The Collaborative Economy: How It's Changing the Way People Consume Brands
And how brands can tap into this culture of sharing.
And how brands can tap into this culture of sharing.
Every breakup starts with a letter.
In this recent and rather poignant letter directed at brands, Jeremiah Owyang, a partner at Altimeter group, encapsulated perfectly the disruptive force of change that the collaborative economy would have on brands and traditional businesses.
We’ve always had committed relationships with brands that we loved and we have bought from them repeatedly for a long time. However, with the dawn of a new generation led by the transparency and openness of technology, the economic pressures to be efficient and a more socially responsibly mindset, more and more consumers are looking to rent, subscribe, and borrow products rather than buying them outright. If they do buy a product, they would ensure that it is sustainable and/or has a great resale value so that they can sell it or rent it out and make money.
The trend is known as collaborative consumption and it has been named as one of Time magazine’s 10 ideas that will change the world. The primary notion is that access to something is more important than ownership (i.e., I don’t need the CD, I just want the music).
There are many familiar examples of web businesses that have been created out of this sharing economy that spans across all categories – such as hospitality, automobile, finance, and human resources – that have been traditionally dominated by large and established organizations and entrenched brands. The more famous of these include Airbnb , Kickstarter, Netflix, Skillshare, and TaskRabbit.
One of the key reasons is that technology and social media have democratized these traditional businesses and allowed people with a shared interest (supply of product/service and demand for it) to connect together and come into a mutual agreement. For some people, being able to make money from sharing what they own has created a supplementary income that in some instances has proved to be a life-saver. (Source: Fast Company)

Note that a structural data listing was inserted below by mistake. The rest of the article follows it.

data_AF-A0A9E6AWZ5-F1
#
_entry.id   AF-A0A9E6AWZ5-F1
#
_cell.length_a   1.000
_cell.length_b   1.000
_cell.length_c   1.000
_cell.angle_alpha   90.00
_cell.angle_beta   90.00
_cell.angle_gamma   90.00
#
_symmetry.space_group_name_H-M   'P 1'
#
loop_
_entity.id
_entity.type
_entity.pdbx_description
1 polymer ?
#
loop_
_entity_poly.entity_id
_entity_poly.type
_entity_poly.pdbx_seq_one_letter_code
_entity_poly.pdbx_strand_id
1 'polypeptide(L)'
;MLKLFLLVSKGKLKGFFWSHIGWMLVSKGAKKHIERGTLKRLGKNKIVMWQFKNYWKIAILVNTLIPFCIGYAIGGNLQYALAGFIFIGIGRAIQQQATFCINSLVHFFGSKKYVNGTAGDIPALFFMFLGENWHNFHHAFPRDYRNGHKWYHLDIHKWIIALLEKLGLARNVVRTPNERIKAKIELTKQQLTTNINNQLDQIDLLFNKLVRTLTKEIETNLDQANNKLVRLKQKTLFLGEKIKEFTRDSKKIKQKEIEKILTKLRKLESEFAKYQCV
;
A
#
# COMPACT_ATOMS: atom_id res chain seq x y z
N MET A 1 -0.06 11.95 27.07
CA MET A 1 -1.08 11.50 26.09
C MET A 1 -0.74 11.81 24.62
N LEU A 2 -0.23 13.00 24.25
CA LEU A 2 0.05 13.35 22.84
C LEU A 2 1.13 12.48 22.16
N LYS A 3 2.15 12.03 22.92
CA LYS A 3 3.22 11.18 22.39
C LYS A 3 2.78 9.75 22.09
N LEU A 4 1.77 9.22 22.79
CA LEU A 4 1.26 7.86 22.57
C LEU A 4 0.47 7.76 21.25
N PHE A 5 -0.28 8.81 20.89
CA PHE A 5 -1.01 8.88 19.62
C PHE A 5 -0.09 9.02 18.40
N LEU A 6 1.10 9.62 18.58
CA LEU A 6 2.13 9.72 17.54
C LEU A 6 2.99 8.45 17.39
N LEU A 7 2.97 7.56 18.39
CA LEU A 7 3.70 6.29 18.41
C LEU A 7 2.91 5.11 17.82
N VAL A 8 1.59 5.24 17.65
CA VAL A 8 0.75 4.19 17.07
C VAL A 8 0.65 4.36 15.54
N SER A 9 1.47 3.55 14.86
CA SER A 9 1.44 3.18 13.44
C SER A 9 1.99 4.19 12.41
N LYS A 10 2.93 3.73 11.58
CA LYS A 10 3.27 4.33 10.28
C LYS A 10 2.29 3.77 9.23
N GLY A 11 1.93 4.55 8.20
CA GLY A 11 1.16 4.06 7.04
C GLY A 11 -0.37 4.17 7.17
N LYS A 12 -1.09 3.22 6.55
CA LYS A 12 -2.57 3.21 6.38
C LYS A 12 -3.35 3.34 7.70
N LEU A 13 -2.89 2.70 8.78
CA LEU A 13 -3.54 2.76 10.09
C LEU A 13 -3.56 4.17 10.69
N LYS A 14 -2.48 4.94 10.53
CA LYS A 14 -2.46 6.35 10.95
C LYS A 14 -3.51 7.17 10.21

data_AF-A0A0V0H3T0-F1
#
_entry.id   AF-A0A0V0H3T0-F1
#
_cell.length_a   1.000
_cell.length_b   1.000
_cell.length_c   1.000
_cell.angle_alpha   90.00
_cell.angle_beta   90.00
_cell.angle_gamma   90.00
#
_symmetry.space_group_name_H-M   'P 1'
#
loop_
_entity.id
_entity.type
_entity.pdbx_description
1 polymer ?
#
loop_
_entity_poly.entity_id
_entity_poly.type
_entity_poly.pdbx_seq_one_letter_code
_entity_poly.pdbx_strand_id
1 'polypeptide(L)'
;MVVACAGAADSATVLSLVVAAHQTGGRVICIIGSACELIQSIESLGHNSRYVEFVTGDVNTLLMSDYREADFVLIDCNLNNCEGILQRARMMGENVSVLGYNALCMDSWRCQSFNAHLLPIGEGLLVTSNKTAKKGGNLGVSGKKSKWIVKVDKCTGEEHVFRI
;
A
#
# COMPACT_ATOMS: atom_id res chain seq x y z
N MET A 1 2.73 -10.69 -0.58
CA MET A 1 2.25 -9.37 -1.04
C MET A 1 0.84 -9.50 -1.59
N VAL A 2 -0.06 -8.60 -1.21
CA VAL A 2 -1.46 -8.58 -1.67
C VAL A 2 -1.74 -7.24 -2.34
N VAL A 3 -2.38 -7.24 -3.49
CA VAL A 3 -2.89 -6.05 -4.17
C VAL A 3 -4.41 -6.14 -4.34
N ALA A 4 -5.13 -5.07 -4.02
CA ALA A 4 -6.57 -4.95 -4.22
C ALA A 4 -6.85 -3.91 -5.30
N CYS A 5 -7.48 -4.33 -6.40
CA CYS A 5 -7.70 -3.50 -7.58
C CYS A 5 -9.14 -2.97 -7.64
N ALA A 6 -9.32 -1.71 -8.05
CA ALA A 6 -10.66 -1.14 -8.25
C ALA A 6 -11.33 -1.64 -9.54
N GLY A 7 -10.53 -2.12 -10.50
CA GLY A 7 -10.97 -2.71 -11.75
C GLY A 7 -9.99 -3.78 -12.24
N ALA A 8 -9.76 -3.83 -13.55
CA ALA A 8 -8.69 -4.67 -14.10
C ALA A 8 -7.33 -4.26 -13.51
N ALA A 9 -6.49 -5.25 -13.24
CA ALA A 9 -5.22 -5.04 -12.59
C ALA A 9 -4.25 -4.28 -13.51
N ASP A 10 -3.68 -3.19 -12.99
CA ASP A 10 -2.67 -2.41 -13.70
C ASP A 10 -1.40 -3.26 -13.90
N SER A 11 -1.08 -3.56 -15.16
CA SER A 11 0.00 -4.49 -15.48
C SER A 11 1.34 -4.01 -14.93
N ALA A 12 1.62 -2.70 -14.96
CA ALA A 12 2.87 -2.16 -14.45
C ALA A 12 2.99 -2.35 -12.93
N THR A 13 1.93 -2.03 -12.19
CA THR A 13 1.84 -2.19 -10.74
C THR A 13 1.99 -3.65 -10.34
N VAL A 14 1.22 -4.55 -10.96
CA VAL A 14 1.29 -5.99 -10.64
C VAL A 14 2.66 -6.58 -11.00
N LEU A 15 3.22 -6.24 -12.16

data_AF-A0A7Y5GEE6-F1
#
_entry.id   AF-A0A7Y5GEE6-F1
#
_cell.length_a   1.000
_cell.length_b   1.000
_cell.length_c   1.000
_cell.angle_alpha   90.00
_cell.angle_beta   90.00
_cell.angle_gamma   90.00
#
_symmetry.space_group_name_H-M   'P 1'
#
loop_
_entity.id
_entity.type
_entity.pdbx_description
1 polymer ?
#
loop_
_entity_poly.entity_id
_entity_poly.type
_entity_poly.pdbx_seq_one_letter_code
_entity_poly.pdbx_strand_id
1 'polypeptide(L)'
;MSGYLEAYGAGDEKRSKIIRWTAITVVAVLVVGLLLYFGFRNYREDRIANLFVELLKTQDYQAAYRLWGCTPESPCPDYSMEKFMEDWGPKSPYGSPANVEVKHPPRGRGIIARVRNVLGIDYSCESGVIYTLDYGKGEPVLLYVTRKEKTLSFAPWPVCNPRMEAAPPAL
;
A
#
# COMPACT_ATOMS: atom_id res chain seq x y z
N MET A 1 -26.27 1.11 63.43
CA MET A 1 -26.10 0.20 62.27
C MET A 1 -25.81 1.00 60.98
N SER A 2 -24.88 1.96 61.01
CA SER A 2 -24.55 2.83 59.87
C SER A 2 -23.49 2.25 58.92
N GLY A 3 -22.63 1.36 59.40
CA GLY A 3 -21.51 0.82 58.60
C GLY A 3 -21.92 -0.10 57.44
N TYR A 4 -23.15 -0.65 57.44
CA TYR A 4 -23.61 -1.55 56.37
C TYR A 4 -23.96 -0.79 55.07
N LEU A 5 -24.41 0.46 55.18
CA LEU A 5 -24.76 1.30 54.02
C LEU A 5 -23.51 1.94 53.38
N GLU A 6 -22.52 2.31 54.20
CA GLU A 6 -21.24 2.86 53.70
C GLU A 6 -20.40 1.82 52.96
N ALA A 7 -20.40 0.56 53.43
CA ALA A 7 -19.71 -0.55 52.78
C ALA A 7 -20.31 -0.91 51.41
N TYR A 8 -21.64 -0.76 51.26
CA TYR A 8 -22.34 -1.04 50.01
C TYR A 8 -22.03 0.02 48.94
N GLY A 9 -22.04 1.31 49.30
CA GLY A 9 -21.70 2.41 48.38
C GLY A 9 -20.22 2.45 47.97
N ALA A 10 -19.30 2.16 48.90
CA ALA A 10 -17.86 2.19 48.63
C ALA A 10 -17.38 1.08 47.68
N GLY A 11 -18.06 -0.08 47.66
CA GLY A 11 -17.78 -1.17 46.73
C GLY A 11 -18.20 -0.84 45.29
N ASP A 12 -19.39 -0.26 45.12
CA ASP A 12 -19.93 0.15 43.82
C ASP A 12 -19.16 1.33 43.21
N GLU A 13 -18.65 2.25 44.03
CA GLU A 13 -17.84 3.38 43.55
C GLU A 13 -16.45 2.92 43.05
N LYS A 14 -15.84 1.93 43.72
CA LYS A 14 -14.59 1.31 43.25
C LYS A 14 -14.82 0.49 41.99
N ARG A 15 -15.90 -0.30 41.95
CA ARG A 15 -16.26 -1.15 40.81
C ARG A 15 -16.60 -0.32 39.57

What are the key drivers to this shift toward collaborative consumption?
One of the key drivers (and one of my personal beliefs) is the idea championed by Graham Hill that less is more and living an edited life with less stuff makes you a lot happier. There is a certain truth to that, given that a lot of things that you buy sit at home in idle capacity and are underutilized (a power drill, for example, only gets used a grand total of 13 minutes in its entire lifetime). There is a whole new Gen Y culture that centers around sustainability, altruism, environmental concerns, transparency, and a resurgence of trust and community (think about students trading textbooks or sharing music and videos instead of buying).
In addition, there are core economic drivers that include the current state of the global economy, which has brought forth a new form of cost-consciousness. The increasing world population has also put a strain on resources and brought about a surge for sustainable living.
Technology drivers play a huge role and these include social networking platforms that provide connections between people and transparency in the form of their social profiles and reputations. The rise of mobile technologies and the availability of payment systems also help facilitate and drive this marketplace of individuals exchanging goods and services.